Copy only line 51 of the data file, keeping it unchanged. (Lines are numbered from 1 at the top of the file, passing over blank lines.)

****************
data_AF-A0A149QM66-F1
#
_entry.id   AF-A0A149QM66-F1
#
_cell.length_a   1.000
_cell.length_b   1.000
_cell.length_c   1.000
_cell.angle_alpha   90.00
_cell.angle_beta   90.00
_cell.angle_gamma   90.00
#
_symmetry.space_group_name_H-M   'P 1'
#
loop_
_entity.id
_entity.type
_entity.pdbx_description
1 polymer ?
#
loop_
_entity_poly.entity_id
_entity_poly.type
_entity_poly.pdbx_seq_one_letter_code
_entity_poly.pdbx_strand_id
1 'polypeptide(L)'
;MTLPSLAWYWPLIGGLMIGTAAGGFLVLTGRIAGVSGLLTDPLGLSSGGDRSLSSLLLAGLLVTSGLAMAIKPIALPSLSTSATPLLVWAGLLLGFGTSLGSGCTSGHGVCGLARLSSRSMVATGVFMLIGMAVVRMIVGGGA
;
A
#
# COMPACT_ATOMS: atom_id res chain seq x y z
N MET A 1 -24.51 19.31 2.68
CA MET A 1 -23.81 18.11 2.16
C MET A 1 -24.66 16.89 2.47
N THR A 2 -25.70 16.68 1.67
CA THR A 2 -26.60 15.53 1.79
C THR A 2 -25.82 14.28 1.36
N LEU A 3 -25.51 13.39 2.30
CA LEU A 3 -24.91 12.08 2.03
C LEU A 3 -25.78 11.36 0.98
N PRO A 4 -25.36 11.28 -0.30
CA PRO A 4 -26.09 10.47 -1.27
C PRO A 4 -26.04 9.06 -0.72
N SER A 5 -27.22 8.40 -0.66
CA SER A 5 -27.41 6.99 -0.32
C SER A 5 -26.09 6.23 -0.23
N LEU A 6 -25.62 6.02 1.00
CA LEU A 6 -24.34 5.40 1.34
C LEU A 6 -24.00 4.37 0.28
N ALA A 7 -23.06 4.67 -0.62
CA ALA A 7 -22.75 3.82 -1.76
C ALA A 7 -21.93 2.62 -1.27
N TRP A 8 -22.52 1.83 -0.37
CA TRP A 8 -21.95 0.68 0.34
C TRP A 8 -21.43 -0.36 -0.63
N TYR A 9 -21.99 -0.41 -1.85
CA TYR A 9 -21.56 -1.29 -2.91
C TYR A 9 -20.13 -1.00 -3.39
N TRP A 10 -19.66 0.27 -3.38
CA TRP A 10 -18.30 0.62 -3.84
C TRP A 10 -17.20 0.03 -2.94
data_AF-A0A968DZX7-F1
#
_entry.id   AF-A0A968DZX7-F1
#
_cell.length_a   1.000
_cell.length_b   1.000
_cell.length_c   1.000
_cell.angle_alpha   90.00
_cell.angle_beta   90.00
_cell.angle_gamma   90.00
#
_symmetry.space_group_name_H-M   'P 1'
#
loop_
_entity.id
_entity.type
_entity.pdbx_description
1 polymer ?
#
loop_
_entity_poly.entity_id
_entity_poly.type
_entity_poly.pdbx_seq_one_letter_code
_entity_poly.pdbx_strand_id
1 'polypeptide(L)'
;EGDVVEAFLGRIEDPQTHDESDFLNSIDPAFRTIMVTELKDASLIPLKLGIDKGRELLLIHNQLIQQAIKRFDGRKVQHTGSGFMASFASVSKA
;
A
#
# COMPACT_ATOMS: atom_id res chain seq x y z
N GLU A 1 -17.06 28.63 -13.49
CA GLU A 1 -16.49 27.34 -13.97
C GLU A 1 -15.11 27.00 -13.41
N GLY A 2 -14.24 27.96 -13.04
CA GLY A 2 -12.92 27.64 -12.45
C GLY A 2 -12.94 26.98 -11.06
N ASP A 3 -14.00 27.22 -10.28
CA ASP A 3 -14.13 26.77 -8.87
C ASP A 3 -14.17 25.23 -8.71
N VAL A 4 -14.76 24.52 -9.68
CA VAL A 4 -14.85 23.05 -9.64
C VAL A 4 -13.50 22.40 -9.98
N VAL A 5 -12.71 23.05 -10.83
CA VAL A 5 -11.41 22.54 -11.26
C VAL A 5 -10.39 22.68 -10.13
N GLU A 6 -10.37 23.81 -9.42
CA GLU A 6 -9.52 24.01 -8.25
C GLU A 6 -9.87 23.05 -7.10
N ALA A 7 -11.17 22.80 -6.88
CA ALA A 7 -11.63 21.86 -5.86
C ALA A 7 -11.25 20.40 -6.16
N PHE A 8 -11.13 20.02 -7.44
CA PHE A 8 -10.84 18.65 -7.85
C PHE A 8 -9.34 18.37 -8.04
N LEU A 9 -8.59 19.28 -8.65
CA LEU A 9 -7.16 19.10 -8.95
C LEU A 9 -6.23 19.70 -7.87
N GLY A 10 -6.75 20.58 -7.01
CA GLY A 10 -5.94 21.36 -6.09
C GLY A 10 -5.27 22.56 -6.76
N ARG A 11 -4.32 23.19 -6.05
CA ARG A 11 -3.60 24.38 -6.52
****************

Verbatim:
C ALA A 7 -21.93 2.62 -1.27